Archive for December, 2012

The greatest gift to your children: self-discipline

“The profile of a wealthy person is this: hard work, perseverance, and most of all, self-discipline.  The average wealthy person has lived all his adult life in the same town.  He’s been married once and is still married.  He lives in a middle-class neighborhood next to people with a fraction of his wealth.  He’s a compulsive saver and investor, and he’s made his money on his own.  Eighty percent of America’s millionaires are first-generation rich.  (Doesn’t sound to me like opportunity is dead.)” Zig Ziglar (Bolded for emphasis)

One of the greatest gift a parent can give a child is not money, education or discipline; it is self-discipline. Too many parents focus on discipline to raise their kids while not realizing that discipline can go against the very grain of self-discipline. What is discipline in the context of a parent-child relationship? In that context, I define discipline as a form of punishment to make a child stop engaging in a negative or counterproductive behavior. I’m thinking specifically of punishments to encourage good behaviors such as no wathcing TV or no cell phone use for behavior such as not doing homework.

On the other hand, I define self-discipline as willingly doing what is needed to achieve a long term goal. Why is it that we don’t want our kids to smoke? Because we know it could cause long term health issues such as cancer. Why do we want them to choose homework over play if they only have time for homework? We could think of the skill being taught in that case as giving priority to school work to get good grades. The long lasting skill here is the ability to prioritize to defer short term pleasure for a more worthwhile goal. When a parent has to take the phone away so a kid can focus on an important test the next day, that is discipline. When a kid realizes that the only way to concentrate and prepare for the test is to turn that phone off and do it, that is self-discipline.

Why is teaching self-discipline so important? The simple reason is this. First, every self-disciplined person that I know happen to be very successful. It is so true that I can confidently say show me someone who is self-disciplined and I will show you someone who will be successfull (where I define success as the ability to reach one’s personal goals).

December 6, 2012 at 12:00 am Leave a comment

What is the top?

Last week, Zig Ziglar who was one of the motivators that had the most influence on me past away. In particular, I highly “Over the Top” which I have read and re-read several times. In honor of Zig Ziglar, throughout the month of December I will share some thoughts, concept or perhaps experience that derive directly from this book. To start-off, here is the list given by Zig on how you might know if you are at the top.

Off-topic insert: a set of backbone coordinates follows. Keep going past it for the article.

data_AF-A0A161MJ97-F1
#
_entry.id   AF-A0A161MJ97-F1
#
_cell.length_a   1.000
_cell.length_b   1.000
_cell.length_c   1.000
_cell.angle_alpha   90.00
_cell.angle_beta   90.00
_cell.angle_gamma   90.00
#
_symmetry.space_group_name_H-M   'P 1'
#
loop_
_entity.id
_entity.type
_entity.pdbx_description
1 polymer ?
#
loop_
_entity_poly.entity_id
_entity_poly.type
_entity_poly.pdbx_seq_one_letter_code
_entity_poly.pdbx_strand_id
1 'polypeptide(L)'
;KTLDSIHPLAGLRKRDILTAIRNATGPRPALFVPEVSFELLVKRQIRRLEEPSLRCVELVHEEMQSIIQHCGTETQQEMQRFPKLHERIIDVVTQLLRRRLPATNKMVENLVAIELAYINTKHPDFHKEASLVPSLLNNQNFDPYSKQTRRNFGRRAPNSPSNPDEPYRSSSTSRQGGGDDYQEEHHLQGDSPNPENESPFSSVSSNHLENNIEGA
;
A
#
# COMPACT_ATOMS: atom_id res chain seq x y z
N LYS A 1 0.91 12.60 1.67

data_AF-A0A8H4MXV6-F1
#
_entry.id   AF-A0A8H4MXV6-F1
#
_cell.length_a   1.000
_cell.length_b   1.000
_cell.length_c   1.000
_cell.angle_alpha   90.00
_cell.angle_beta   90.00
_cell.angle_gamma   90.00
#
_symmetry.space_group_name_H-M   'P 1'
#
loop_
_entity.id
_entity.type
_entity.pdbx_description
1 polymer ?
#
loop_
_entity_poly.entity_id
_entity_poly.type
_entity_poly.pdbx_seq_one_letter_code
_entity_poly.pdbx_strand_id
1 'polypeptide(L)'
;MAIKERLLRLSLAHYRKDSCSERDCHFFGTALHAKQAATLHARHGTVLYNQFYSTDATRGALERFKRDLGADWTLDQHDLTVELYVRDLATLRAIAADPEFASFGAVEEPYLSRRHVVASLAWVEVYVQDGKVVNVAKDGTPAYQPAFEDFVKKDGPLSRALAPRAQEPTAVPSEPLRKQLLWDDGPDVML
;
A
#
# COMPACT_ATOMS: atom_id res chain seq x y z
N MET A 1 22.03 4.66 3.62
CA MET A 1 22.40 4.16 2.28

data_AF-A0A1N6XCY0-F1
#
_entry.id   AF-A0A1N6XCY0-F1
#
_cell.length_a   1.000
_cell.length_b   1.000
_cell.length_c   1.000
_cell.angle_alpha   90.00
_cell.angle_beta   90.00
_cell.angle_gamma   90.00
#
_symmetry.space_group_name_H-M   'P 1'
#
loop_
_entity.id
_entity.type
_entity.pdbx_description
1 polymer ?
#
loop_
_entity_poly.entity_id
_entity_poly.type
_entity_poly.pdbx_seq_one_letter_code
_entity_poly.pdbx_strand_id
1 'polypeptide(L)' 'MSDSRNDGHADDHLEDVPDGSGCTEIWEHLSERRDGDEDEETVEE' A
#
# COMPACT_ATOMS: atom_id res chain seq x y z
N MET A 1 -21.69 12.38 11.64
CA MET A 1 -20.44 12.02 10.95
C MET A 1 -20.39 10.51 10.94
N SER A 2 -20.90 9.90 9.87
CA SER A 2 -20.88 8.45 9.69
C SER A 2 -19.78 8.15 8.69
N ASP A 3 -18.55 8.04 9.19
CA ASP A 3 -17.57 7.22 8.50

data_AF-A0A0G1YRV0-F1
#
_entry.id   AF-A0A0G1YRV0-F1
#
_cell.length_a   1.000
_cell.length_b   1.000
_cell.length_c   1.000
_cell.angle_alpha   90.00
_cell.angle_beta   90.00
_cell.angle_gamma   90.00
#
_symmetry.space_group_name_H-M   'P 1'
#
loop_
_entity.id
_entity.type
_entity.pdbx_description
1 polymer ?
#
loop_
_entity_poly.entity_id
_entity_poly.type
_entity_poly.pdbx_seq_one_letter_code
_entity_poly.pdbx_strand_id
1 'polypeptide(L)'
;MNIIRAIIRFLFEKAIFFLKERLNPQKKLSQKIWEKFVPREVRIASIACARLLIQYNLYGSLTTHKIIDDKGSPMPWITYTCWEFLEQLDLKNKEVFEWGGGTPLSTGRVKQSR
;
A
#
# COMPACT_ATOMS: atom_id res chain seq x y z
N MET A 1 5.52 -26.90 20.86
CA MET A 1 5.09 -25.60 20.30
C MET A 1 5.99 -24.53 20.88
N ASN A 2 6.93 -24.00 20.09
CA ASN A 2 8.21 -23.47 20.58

You are at the top:

  1. You clearly understand that failure is an event, not a person; that yesterday ended last night, and today is your brand-new day.
  2. You have made friends with your past, are focused on the present, and optimistic about your future.
  3. You know that success (a win) doesn’t make you, and failure (a loss) doesn’t break you.
  4. You are filled with faith, hope, and love; and live without anger, greed, guilt, envy, or thoughts of revenge.
  5. You are mature enough to delay gratification and shift your focus from your rights to your responsibilities.
  6. You know that failure to stand for what is morally right is the prelude to being the victim of what is criminally wrong.
  7. You are secure in who you are, so you are at peace with God and in fellowship with man.
  8. You have made friends of your adversaries, and have gained the love and respect of those who know you best.
  9. You understand that others can give you pleasure, but genuine happiness comes when you do things for others.
  10. 10. You are pleasant to the grouch, courteous to the rude, and generous to the needy.
  11. 11. You love the unlovable, give hope to the hopeless, friendship to the friendless, and encouragement to the discouraged.
  12. 12. You can look back in forgiveness, forward in hope, down in compassion, and up with gratitude.
  13. 13. You know that “he who would be the greatest among you must become the servant of all.”
  14. 14. You recognize, confess, develop, and use your God-given physical, mental, and spiritual abilities to the glory of God and for the benefit of mankind.
  15. 15. You stand in front of the Creator of the universe, and He says to you, “Well done, thou good and faithful servant.”

I was first exposed to Zig Ziglar and another influential motivator Denis Waitley (“Seeds of Greatness”) when I was going through a tough time: pregnant wife and deciding if I should pursue graduate school or find a professional job or several odd jobs together to take care of my young family.

Zig Ziglar’s book gave me the fortitude to keep soldiering on and to dare to think big despite the present circumstances that I was facing. What I was able to get from the book was that I could go from survival to success. However, at that time I was not in a position to get the other part of his message that one should aim beyond success to significance.  He planted the seed for me to get the message at a later point in my life.

To Zig’s family thank you for sharing him with the world and with me personally.

December 4, 2012 at 2:25 am Leave a comment


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